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Turn to Bay Weekly as a Resource Amid COVID-19 Realities 

What happens when everything is canceled, the older population is fearful, and local businesses are ordered to close? When everyone is asked to stay out of the community as much as possible, where does a community newspaper fit in? 

That’s the question that’s been keeping us up at night, to be honest. Our staff is reeling just like everybody else, full of anxiety for the future and wondering how to proceed in a public health climate we’ve never known before. 

The answer? We set aside “business as usual” to serve you, our community of readers—however socially-distanced you may be. We want to help you help your local businesses. That’s why we’re giving you a quick reference to restaurants offering carryout while dine-in is banned. You can keep from dipping into your stockpile of frozen chicken, and the restaurants get to continue operating so that they can welcome you back when this is all over. 

We also want to help you cope with the isolation, cabin fever, and stress that comes with social distancing. That’s why we’re giving you a comprehensive local roundup of outdoor spaces and parks that are open, shared resources for parents, local gyms taking their exercise programs online, and other ideas to stay busy. Our intrepid Moviegoer columnist Diana Beechener even picked out the best binge-watching material from each TV streaming service, since we won’t be going to the theater anytime soon.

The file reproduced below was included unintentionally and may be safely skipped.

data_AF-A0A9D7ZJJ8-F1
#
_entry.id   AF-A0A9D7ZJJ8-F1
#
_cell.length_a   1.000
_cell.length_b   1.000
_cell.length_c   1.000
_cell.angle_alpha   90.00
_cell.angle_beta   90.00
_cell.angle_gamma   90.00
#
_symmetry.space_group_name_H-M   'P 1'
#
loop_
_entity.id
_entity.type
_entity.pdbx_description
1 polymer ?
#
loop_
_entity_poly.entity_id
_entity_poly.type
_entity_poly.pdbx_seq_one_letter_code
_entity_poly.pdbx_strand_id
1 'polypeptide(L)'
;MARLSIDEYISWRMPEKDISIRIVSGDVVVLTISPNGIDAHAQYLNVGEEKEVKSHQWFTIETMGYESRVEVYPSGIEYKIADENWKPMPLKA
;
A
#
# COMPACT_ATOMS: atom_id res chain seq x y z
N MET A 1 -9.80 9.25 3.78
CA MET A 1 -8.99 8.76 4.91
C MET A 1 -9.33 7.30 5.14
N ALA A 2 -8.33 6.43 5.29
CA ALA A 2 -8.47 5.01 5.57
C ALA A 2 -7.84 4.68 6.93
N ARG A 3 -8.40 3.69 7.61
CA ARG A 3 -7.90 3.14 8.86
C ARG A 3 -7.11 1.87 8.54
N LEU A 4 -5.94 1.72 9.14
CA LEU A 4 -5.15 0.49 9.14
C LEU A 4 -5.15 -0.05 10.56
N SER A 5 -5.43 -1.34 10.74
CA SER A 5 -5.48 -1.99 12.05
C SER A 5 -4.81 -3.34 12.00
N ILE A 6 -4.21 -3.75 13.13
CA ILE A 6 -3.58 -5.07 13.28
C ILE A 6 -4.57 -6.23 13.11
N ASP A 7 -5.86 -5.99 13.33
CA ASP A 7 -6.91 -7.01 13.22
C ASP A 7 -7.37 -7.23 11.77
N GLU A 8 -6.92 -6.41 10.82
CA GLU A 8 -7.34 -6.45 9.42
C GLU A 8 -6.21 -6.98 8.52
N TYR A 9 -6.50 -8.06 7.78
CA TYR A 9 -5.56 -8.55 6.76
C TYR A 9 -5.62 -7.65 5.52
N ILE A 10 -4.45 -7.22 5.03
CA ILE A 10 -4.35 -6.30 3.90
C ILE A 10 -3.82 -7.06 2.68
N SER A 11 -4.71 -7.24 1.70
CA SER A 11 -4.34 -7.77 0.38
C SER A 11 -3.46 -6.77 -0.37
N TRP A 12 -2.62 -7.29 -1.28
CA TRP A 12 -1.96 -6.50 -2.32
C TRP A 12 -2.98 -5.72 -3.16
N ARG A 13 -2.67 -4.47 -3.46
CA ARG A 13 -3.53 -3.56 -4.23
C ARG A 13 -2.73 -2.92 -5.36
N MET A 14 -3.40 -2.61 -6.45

Most of all, we want to give you hope during this pandemic, the likes of which we’ve never seen in our lifetime. Right now, there’s no end date—we haven’t flattened out the curve yet. We don’t know for how many weeks—or months—our society will be at a virtual standstill. But we do know that in challenging times, people emerge to act selflessly, helping those who are suffering from more than the inconvenience of social distancing. That’s why we’re gathering stories from “Compassionate Chesapeake,” in which neighbors help each other, communities step up to make sure children are fed and cared for, and even watermen offer fresh catch to people in need. 

It’s clear that the Bay region is resilient. Its people are already finding ways to adapt to the rapid changes imposed on our way of life by an extremely contagious disease. We’ll continue to show you how Calvert and Anne Arundel communities are making the best of the challenge. Since things are changing by the day, we’re doubling down with our online coverage as well. We’ll be updating our lists of open businesses and posting new announcements on the web between Bay Weekly issues. You may see CBM videojournalist Cheryl Costello around town, capturing the positive stories that are unfolding as we settle into these strange, new times. You can stay up to speed on all of the extra content at www.bayweekly.com and on our Bay Weekly Facebook page.  

Stay safe, Bay country. We’re here for you.